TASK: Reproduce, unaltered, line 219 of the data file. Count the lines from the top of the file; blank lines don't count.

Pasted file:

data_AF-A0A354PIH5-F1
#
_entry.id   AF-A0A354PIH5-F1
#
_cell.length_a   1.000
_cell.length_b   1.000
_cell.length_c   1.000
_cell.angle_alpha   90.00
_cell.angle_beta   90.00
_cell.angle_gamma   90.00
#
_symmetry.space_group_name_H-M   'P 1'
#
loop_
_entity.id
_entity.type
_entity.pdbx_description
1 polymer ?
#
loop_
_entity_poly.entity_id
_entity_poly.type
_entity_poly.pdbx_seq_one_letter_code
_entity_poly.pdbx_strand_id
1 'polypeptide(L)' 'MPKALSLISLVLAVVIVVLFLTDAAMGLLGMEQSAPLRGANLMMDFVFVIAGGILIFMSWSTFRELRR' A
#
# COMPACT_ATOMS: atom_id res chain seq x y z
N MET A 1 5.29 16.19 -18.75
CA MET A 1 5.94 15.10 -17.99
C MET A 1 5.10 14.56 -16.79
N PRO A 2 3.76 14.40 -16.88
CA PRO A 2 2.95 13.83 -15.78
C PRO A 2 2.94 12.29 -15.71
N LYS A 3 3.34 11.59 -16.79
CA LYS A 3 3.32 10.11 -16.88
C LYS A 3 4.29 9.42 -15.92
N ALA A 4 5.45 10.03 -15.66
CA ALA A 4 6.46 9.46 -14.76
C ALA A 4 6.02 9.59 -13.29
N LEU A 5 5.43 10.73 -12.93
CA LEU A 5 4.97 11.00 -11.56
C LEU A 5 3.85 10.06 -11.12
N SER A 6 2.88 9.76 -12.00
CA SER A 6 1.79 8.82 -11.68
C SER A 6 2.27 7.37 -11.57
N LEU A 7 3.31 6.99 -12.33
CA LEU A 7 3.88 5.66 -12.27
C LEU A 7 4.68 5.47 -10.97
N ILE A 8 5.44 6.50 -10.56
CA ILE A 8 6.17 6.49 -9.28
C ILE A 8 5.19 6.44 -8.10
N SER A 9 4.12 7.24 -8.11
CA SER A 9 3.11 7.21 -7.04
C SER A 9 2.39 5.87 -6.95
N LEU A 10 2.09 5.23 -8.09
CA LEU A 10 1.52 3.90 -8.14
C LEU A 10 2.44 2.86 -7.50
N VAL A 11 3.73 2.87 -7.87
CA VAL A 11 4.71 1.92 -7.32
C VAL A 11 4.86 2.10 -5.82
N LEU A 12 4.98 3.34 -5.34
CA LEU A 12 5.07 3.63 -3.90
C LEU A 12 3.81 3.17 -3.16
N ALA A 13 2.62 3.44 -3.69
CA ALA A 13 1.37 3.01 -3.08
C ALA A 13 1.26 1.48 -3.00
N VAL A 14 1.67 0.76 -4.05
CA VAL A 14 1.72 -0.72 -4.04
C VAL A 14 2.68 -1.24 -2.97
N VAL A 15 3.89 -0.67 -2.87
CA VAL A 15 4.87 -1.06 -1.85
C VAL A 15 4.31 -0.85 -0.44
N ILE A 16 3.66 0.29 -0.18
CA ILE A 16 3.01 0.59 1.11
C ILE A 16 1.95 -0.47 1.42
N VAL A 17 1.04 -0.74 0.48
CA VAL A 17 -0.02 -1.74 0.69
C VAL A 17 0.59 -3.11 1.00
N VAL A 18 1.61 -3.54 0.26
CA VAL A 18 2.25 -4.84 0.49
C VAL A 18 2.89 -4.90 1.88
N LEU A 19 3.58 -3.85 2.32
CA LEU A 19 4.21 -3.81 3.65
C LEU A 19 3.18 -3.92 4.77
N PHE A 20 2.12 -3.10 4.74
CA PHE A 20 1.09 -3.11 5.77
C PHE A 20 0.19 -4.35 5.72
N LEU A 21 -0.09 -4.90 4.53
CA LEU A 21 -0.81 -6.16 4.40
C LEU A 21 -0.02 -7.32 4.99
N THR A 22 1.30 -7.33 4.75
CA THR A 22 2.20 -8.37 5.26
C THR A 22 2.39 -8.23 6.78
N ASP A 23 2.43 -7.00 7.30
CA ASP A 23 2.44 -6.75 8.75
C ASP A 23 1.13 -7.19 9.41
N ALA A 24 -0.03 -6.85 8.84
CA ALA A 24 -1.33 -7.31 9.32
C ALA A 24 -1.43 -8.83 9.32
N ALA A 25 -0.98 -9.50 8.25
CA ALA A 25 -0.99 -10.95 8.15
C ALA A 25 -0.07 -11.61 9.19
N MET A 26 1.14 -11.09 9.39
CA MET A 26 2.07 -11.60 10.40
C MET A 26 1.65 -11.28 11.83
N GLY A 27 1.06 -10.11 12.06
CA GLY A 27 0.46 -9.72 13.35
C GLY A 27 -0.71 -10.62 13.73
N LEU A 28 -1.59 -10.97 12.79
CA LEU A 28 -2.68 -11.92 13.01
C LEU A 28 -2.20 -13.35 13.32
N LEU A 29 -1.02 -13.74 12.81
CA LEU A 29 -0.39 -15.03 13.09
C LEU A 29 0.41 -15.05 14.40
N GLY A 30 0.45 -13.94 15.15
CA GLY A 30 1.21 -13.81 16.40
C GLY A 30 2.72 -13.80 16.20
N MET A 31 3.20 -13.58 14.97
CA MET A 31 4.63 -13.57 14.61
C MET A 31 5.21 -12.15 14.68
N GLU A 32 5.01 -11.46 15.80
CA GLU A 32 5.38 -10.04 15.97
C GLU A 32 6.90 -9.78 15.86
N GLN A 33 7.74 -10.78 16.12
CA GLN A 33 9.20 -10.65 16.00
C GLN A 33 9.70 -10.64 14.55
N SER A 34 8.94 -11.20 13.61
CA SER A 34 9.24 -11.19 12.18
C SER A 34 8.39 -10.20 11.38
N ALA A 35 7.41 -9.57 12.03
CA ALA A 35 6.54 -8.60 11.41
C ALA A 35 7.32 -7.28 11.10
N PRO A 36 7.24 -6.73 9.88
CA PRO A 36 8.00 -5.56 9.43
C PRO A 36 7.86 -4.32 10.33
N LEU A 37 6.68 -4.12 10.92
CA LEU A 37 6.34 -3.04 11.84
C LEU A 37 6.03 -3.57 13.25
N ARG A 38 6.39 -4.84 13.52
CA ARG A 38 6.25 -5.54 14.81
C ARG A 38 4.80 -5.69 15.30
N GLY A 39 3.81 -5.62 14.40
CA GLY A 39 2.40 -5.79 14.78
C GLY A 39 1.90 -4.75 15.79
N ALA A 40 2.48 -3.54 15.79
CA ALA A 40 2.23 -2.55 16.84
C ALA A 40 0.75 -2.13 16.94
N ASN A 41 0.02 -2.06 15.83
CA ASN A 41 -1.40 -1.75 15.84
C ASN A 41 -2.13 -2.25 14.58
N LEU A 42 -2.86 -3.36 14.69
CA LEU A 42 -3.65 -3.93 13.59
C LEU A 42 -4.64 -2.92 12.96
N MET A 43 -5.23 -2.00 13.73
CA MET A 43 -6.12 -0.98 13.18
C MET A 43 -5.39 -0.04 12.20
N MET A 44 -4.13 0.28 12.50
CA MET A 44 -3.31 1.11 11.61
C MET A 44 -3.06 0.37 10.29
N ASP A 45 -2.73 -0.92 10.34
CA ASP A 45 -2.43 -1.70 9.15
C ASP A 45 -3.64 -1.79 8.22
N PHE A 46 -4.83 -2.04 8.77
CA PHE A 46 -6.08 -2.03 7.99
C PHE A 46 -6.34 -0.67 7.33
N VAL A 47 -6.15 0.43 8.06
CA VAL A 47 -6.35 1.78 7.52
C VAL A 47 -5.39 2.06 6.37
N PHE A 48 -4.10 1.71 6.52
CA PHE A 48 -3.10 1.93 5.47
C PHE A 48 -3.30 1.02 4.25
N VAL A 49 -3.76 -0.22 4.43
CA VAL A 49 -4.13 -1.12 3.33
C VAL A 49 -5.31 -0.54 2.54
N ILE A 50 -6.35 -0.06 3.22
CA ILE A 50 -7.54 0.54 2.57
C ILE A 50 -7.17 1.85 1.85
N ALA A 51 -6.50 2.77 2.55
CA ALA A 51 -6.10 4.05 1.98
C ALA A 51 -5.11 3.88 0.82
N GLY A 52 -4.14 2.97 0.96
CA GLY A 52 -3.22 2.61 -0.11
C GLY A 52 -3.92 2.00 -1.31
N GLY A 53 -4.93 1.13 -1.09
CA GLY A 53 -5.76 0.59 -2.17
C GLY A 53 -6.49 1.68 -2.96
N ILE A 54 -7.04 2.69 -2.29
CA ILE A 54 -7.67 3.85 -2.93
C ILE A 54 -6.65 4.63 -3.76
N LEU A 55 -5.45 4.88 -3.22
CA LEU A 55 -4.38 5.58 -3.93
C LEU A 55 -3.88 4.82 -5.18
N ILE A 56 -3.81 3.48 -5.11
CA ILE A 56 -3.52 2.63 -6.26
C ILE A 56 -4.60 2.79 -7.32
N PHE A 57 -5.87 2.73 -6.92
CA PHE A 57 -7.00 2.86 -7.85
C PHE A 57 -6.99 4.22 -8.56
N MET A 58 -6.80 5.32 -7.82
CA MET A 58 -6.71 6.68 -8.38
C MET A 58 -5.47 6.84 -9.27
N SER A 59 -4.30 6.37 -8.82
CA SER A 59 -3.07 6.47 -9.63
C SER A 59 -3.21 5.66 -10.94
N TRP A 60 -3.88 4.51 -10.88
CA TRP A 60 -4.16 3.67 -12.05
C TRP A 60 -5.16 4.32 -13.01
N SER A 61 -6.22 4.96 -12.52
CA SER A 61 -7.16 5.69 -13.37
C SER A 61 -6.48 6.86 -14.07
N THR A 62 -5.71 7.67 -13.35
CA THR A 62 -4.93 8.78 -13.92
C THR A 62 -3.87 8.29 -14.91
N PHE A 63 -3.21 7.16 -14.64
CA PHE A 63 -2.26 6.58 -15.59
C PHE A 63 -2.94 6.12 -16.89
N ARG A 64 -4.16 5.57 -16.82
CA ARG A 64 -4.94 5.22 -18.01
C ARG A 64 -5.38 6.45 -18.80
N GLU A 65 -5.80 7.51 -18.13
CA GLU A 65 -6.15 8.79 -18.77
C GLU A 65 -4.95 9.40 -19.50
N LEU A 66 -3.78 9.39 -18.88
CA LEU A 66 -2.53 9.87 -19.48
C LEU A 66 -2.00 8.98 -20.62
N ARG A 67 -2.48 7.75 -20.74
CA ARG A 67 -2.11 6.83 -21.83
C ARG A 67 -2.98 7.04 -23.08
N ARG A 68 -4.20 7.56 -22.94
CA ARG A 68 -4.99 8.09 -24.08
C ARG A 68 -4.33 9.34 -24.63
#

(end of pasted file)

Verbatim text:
C ARG A 64 -5.38 6.45 -18.80